Jack reads selected passages
from his favorite books
Unscripted. Unrehearsed. Unedited.
TODAY’S READING –
The History and Adventures of
the renowned Don Quixote,
Miguel de Cervantes,
London, Folio Society, 1995
(Part 3 of 3)
In the words of the German philosopher F. W. J. von Schelling, Don Quixote is “the most universal, the most profound and the most picturesque portrait of life itself.”
In the midst of this their conversation, they discovered thirty or forty windmills all together on the plain, which the knight no sooner perceived, then he said to his squire, “Chance has conducted our affairs even better than we could either wish or hope for; look there, friend Sancho, and behold thirty or forty outrageous giants, with whom I intend to engage in battle, and put every soul of them to death, so that we may begin to enrich ourselves with their spoils; for it is a meritorious warfare, and serviceable both to God and man, to extirpate such a wicked race from the face of the earth.”
“What giants do you mean?” said Sancho Panza in amaze.
“Those you see yonder,” replied his master, “with vast extended arms; some of which are two leagues long.”
“I would your worship would take notice,” replied Sancho, “that those you see yonder are no giants, but windmills; and what seem arms to you, are sails; which being turned with the wind, make the mill-stone work.”
“It seems very plain,” said the knight, “that you are but a novice in adventures: these I affirm to be giants; and if thou art afraid, get out of the reach of danger, and put up thy prayers for me, while I join with them in fierce and unequal combat.”
So saying, he put spurs to his steed Rozinante, without paying the least regard to the cries of his squire Sancho, who assured him, that those he was going to attack were no giants, but innocent windmills: but he was so much possessed with the opinion that they were giants, that he neither heard the advice of his squire Sancho, nor would use the intelligence of his own eyes, though he was very near them: on the contrary, when he approached them, he called aloud, “Fly not, ye base and cowardly miscreants, for he is but a single knight who now attacks you.” At that instant, a breeze of wind springing up, the great sails began to turn; which being perceived by Don Quixote, “Tho’ you wield,” said he, “more arms than ever belonged to the giant Briareus, I will make you pay for your insolence.”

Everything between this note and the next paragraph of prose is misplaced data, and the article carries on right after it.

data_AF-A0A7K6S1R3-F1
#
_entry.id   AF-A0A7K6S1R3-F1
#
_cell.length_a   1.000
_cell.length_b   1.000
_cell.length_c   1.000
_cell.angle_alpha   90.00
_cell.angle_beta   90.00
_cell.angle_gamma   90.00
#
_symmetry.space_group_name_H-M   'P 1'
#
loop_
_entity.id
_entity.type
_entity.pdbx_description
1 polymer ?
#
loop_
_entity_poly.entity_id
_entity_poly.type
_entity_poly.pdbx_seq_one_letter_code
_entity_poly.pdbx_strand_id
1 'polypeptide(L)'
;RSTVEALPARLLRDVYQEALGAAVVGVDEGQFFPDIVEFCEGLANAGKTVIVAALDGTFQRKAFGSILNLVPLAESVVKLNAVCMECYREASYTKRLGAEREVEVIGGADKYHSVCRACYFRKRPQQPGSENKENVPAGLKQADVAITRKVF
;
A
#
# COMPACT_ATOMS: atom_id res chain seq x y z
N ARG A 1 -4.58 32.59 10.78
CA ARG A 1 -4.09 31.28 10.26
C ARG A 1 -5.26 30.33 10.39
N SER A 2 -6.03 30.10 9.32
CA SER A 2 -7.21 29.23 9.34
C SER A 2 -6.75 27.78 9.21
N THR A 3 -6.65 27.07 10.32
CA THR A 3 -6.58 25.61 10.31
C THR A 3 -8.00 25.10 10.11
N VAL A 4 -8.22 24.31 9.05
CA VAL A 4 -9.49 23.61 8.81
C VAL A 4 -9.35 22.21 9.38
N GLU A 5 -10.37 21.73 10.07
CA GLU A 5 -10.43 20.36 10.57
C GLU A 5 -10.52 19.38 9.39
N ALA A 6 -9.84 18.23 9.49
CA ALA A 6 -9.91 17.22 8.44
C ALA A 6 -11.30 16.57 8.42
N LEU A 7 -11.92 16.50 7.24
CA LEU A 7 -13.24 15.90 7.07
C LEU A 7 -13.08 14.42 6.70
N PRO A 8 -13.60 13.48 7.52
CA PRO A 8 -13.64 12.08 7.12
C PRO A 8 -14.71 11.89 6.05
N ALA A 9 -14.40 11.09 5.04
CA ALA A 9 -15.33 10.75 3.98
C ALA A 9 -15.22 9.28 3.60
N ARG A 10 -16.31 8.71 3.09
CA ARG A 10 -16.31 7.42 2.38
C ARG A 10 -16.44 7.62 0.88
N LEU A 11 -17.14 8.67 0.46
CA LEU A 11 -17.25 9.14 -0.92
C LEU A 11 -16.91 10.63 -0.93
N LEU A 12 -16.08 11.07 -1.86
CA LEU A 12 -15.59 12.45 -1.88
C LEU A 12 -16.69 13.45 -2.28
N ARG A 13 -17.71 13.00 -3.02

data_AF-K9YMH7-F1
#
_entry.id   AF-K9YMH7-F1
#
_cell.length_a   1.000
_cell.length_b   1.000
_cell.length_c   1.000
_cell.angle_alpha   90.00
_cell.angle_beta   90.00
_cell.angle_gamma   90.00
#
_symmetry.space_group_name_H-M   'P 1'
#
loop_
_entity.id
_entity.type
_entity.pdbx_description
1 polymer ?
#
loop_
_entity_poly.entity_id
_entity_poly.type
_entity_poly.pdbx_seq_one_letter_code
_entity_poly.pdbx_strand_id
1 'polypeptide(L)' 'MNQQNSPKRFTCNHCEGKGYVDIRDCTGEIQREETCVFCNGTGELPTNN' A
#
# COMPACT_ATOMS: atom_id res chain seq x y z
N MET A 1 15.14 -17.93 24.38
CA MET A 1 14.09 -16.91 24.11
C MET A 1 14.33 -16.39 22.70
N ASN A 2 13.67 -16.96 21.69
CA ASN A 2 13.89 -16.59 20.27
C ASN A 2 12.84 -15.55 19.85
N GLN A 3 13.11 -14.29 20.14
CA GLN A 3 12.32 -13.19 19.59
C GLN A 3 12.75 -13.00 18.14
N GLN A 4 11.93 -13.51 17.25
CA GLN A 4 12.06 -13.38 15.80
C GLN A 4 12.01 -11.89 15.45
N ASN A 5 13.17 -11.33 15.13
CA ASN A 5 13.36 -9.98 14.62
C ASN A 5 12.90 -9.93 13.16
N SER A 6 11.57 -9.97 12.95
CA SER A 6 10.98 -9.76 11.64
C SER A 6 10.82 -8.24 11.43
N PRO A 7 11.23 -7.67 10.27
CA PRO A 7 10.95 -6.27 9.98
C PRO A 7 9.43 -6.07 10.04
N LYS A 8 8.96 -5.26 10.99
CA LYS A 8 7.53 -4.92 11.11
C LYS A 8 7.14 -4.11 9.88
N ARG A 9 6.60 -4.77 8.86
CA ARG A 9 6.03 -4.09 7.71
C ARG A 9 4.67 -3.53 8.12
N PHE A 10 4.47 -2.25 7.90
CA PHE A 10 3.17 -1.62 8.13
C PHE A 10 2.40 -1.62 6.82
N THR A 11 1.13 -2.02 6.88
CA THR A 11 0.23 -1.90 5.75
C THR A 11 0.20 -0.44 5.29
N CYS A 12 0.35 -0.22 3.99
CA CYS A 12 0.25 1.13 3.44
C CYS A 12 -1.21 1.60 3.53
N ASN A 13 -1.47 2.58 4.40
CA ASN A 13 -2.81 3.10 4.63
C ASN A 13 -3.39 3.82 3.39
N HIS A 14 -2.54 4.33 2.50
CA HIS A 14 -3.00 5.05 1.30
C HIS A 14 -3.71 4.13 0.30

So saying, and heartily recommending himself to his lady Dulcinea, whom he implored to succor him in this emergency, bracing on his target, and setting his lance in the rest, he put his Rozinante to full speed, and assaulting the nearest windmill, thrust it into one of the sails, which was drove about by the wind with so much fury, that the lance was shivered to pieces, and both knight and steed whirled aloft, and overthrown in very bad plight upon the plain.
Sancho Panza produce fast as his mount could carry him to his assistance, and when he came up, found him unable to stir, by reason of the bruises which he and Rozinante had received. “Lord have mercy upon us!” Said the squire, “Did not I tell your worship to consider well what you were about? Did not I’m sure you, they were no other than windmills? Indeed nobody could mistake them for anything else, but one who has windmills in his own head!”
“Prithee, hold thy peace, friend Sancho,” replied Don Quixote; “the affairs of war are, more than anything, subject to change. How much more so, as I believe, nay, am certain, that the sage Freston, who stole my closet and books, has converted those giants into mills, in order to rob me of the honor of their overthrow; such is the enmity he bears me; but, in the end, all his treacherous arts will but little avail against the vigor of my sword.”
“God’s will be done!” replied Sancho Panza, who helped him to rise, and mount Rozinante that was almost disjointed.
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